DNA was extracted from a 1ml aliquot of stationary-phase culture using the InstaGene Matrix kit according to the manufacturer’s instructions (Bio-Rad) and from swabs and tissues using the Genomic DNA GenElute kit according the manufacturer’s instructions (Sigma). A total of 75 clinical samples from a wide variety of ruminant diagnostic samples including nasal, eye, ear swabs, lung tissue, milk, brain tissue, synovial joint fluid were analysed.
Amplification of the V3 region of the 16S RNA gene was performed by using universal bacterial primers GC-341F and the mollicutes-specific primer 534R  and the AmpliTaqGoldDNA Polymerase kit (Applied Biosystems) according to the manufacturer’s instructions. Aliquots were checked for correct amplification by electrophoresis on a 2% agarose gel followed by visualization with GelRedTMNucleic Acid Gel Stain under UV illumination.
Mycoplasma DNA was successfully amplified for DGGE, performed using the DCode™ Universal Mutation System (Biorad). Samples (20 ul) were loaded on to 10% polyacyrlamide/bis (30:1) gels with denaturing gradients from 30 to 60%, in 1 × TAE electrophoresis buffer (Severn Biotech). Electrophoresis was performed at 100V at a temperature of 60°C for 18-20 h. Gels were then stained with SBYR Gold (Cambridge BioScience,) in 1 × TAE for 30 min at room temperature and visualized under UV illumination.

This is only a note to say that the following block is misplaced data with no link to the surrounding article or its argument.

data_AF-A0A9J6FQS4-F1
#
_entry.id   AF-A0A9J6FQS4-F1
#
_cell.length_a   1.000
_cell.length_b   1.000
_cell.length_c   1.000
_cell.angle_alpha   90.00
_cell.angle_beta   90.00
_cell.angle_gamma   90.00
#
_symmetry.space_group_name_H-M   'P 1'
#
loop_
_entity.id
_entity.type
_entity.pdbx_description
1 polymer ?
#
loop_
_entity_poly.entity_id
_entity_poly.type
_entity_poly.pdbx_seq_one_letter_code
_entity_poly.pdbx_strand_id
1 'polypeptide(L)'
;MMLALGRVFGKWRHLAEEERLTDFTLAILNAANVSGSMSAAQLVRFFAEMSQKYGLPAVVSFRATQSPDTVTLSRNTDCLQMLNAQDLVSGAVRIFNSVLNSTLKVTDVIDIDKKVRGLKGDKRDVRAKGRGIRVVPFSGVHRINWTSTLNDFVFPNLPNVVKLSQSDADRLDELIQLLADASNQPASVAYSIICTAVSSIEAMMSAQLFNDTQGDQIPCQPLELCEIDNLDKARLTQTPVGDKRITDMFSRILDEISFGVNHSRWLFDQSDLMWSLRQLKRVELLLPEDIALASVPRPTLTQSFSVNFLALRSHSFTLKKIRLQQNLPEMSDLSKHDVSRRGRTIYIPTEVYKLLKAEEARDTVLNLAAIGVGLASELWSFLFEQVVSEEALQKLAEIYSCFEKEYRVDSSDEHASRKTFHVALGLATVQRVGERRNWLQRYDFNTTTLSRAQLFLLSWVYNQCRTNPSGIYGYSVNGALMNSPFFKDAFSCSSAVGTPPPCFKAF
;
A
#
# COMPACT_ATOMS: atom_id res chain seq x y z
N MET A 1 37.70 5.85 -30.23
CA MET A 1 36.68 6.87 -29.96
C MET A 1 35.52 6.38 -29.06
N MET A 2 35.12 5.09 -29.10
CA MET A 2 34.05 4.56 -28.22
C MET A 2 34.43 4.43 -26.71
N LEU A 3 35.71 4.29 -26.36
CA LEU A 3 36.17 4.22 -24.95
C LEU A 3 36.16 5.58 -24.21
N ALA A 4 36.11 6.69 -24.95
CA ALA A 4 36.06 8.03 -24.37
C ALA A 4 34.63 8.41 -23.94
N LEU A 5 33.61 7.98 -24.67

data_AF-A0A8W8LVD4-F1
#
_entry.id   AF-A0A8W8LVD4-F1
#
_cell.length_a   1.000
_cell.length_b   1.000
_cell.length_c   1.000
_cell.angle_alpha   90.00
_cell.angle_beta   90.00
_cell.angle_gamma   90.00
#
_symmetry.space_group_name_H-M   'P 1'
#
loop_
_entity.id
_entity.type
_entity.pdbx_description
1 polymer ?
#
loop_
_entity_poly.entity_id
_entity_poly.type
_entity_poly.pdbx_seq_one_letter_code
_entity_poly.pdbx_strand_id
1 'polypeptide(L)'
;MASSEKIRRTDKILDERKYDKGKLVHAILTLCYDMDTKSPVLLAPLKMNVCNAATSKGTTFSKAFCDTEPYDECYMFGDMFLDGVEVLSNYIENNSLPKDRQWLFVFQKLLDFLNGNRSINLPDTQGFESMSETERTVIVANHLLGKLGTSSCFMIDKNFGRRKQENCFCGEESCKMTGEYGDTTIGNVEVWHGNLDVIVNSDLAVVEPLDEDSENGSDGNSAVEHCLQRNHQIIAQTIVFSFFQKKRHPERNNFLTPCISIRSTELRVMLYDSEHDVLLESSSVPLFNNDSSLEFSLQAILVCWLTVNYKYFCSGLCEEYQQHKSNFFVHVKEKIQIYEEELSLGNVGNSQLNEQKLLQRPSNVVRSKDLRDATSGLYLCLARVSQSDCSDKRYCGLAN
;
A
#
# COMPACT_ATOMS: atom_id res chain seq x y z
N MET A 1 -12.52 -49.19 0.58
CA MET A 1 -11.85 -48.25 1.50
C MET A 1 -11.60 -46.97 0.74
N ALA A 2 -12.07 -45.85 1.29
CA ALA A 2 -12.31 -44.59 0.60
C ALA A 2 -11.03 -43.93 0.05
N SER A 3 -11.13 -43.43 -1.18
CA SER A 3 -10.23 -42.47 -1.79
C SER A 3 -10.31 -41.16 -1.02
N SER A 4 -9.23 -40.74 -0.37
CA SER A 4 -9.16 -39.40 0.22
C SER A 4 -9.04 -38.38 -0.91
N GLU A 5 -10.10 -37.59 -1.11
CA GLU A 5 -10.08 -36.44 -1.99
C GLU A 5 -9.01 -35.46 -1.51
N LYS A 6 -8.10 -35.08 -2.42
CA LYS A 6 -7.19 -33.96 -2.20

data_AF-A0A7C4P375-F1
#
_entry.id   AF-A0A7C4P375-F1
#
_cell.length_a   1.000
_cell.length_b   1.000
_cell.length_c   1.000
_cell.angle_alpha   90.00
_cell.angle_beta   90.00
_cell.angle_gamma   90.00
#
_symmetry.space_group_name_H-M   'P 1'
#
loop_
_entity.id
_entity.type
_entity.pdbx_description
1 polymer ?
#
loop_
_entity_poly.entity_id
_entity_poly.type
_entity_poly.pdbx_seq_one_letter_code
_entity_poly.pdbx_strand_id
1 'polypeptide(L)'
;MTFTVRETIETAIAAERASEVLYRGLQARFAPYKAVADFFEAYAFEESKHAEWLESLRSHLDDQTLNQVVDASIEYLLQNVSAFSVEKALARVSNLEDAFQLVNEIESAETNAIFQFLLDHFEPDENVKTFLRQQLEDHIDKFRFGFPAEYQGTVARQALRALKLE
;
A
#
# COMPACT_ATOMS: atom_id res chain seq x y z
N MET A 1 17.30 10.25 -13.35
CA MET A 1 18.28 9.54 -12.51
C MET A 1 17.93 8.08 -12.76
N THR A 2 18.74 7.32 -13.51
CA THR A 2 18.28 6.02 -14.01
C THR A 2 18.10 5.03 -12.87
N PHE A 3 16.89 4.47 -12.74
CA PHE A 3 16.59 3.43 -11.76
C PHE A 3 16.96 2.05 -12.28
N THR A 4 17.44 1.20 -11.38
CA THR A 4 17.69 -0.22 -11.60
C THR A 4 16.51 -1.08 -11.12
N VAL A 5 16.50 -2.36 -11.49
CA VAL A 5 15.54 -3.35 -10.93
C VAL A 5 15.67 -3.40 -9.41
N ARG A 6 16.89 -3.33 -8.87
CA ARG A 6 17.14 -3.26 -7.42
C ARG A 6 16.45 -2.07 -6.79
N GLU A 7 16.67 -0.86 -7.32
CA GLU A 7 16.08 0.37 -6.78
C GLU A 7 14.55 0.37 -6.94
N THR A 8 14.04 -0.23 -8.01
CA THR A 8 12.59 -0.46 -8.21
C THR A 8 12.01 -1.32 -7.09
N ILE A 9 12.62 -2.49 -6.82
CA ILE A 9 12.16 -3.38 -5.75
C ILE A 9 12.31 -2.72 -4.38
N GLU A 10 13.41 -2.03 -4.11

The identification was confirmed by sequence analysis of 16S rRNA gene, and the genomic sequences were downloaded from the National Center for Biotechnology Information (NCBI) resource (http:// www.ncbi.nlm.nih.gov). Sequencing and BLAST revealed the taxonomic informations.
In total 54 clinical samples were successfully examined by DGGE and found to be positive for Mycoplasma infection. All Mycoplasma species tested produced a PCR product of approximately 340 bp (Figure 1).
Figure 1. Electrophoresis of PCR products. All Mycoplasma species amplified a 340 bp amplicon
The use of DGGE to separate PCR products enabled differentiation of the different Mycoplasmas species analyzed (Figures 2-3). This indicated that the sequence was different for each isolate because the migration of the bands in the gels is a function of the melting behaviour of the amplicons in the chemical gradient used.
Figure 2. DGGE analysis of the amplified V3 region of 16S rRNA gene from ruminant mycoplasma type strains: Lanes 1, 2 : M. agalactiae; lanes 3, 4: M. bovis; lanes 5, 6: M. mycoides subsp capri
Figure 3. DGGE of ovine, caprine, bovine and avian mycoplasma controls: lanes 1, 2 : M. agalactiae, lanes 3, 4: M. bovis; lanes 5, 6: M. mycoides, lanes 7, 8: M. gallisepticum, lanes 9, 10: M. synoviae,, lanes 11, 12: M. gallinaceum, lanes 11, 12: M. gallinarum, lanes 13, 14: M. meleagridis.